Lakeview Takes a Financial Hit with Pandemic, Pastor Issues Financial Challenge
By Lindsay Peyton
Jacksonville FUMC’s Rev. Doug Wintermute hopes other congregations in the Texas Annual Conference rise to the challenge his church recently issued, when presenting a check for $11,000 to Lakeview Methodist Conference Center in its time of need. “Lakeview has been there for us for years and years,” he said. “Now it’s time for us to be there for them.”
When summer camp was canceled at Lakeview Methodist Conference Center, organizers knew they would face a budget shortfall. Usually, most of the funding for the year is generated during the camp.
Then, came the announcement of another cancelation — Fish Camp, the Texas A&M welcoming session for incoming freshmen, also held at Lakeview.
In all, the center now faces a $2.4 million deficit. That was a hit that Jacksonville FUMC would not take lying down.
“We send lots of kids to church camp each year,” Wintermute said. “It’s in the DNA of our congregation. We have seen how important church camp is – and how many lives are changed by going to church camp.”
Each year, Jacksonville FUMC budgets and hosts fundraisers to make possible a 50 percent discount for students to attend camp. The church also sends counselors to Lakeview.
“We believe that any young person who wants to go to camp, should be able to go, regardless of a family’s income,” Wintermute said. “We don’t let money stand in the way.”
When Jacksonville FUMC learned that Lakeview had to cancel all of its camps, the congregation stepped up to help. First, they took up a collection at church for $3,000.
“Then, we talked it over with our finance committee and church leadership council,” Wintermute said. “They overwhelmingly voted to donate the money we had set aside for sending kids to camp this year.”
The unused funds totaled $11,000, and Wintermute delivered a check in that amount to Josh Pulver, president and CEO of Lakeview Methodist Conference Center.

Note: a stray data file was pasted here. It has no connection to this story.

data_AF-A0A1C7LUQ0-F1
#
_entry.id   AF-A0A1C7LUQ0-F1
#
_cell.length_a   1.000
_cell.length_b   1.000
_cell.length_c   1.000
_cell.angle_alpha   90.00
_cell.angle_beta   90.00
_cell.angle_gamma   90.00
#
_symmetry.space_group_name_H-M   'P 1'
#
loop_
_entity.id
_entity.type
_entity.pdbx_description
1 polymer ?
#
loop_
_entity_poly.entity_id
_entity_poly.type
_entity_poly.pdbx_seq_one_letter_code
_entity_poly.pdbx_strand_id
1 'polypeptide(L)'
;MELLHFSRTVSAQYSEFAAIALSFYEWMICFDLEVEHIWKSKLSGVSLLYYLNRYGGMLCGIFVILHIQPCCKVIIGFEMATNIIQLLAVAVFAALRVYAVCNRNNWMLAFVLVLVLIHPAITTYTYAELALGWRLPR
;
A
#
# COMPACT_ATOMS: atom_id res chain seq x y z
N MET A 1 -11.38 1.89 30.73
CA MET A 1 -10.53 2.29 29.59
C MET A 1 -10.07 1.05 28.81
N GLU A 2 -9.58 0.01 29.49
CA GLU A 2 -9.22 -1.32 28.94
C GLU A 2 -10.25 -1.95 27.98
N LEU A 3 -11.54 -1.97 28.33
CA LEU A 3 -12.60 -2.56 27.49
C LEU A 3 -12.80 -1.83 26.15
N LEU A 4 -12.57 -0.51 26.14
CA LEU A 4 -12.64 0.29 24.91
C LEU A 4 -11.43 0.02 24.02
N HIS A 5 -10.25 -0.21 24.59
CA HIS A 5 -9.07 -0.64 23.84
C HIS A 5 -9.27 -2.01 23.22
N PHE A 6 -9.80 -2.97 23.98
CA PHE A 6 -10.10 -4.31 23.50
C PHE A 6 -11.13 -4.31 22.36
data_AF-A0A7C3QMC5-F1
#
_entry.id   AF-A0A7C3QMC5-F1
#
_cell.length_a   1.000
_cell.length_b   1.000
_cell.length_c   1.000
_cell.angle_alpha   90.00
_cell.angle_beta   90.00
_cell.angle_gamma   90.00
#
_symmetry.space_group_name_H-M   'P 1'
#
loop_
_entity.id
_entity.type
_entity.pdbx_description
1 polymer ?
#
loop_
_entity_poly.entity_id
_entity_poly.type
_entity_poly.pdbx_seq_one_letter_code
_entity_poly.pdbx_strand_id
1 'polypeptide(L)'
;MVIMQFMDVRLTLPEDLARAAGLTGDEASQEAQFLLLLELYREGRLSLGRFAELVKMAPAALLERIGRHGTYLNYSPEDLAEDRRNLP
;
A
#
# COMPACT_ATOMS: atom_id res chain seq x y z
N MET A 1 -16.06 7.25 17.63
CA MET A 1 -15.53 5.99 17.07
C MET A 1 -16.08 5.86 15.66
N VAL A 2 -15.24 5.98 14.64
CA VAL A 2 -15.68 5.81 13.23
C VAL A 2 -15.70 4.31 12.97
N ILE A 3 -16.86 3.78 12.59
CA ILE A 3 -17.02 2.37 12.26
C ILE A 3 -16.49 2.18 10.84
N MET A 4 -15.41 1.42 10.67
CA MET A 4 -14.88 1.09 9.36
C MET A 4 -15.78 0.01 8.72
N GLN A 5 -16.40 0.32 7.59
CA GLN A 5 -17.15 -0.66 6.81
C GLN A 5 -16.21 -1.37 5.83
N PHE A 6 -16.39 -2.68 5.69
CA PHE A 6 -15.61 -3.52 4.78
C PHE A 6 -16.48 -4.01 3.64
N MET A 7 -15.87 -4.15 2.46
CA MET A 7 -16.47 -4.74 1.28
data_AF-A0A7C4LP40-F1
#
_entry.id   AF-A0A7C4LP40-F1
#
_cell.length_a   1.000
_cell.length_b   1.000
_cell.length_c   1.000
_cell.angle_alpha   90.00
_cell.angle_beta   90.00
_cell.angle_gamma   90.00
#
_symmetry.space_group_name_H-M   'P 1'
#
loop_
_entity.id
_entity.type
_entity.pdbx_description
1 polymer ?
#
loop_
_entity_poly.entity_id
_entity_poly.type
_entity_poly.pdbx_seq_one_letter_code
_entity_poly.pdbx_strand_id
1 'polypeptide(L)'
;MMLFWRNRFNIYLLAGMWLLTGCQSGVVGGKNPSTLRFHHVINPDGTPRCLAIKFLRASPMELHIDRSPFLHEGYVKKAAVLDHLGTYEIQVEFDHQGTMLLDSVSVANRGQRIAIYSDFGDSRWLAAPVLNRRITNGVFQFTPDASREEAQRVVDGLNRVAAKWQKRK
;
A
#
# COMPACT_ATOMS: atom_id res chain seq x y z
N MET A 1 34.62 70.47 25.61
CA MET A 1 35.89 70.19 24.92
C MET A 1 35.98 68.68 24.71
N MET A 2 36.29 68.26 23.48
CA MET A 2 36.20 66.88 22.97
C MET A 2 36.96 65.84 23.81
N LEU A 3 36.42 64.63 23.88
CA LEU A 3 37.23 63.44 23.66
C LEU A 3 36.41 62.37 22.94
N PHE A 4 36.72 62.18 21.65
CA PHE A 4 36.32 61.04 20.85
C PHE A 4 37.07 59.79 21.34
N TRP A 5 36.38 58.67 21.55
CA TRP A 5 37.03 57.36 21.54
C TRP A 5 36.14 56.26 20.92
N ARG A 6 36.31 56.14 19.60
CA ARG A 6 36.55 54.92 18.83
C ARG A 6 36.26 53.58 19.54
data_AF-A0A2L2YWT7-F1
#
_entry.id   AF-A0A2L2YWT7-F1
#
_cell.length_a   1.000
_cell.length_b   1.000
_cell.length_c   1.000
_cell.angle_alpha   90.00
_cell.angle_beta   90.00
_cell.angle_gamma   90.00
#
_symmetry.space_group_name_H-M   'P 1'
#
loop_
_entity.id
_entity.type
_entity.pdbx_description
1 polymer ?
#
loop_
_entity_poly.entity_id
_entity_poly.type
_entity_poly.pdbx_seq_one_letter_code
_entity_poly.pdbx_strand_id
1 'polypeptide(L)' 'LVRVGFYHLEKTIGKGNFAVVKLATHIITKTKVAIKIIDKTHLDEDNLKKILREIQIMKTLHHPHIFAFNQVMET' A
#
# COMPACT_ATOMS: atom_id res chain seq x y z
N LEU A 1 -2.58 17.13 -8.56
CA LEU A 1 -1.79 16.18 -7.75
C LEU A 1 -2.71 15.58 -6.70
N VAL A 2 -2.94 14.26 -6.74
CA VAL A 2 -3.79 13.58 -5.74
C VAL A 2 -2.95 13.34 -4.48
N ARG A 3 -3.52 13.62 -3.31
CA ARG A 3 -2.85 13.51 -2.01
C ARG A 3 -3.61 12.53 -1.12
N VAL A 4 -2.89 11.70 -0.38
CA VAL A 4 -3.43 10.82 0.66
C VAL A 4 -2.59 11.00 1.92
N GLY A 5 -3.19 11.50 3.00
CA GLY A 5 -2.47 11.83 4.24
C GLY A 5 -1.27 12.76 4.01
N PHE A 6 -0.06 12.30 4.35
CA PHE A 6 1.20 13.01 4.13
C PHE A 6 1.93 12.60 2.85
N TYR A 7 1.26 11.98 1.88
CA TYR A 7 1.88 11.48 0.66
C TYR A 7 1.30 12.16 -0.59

“I want to challenge the other churches and pastors in the TAC to do the same thing,” Wintermute said. “Whatever money you have budgeted, donate to Lakeview. Or just take up a collection. It’s money well spent.”
The pastor has been a counselor and a director at Lakeview. He counts 16 summers spent at the camp.
“All of those years, I’ve seen the difference camp makes in young folks’ lives,” he said. “Our mission is to make disciples of Jesus Christ – and that happens every summer at Lakeview.”
Pulver explained that every donation amounts to a meaningful difference for the center. “Everything helps,” he said.
Individuals have been sent in donations, and the TAC gifted $149,000.
“There has been a lot of support, but we definitely need more,” Pulver said. “As long as COVID-19 continues, we will continue to see loss.”
Lakeview Methodist Conference Center was established in 1947. “It provides an opportunity for a child or an adult to get away from the distractions of the outside world and just focus on God,” Pulver said.
The center has become a sanctuary for families and churches, a place to reconnect with God’s plans.
“I have seen transformations in our campers in even a short amount of time – literally seen the Holy Spirit at work,” Pulver said.
Summer camp was a saving grace for him personally — and he hopes others have the chance to share that experience for generations to come.
To donate and learn more, visit lakeviewmcc.org/donate.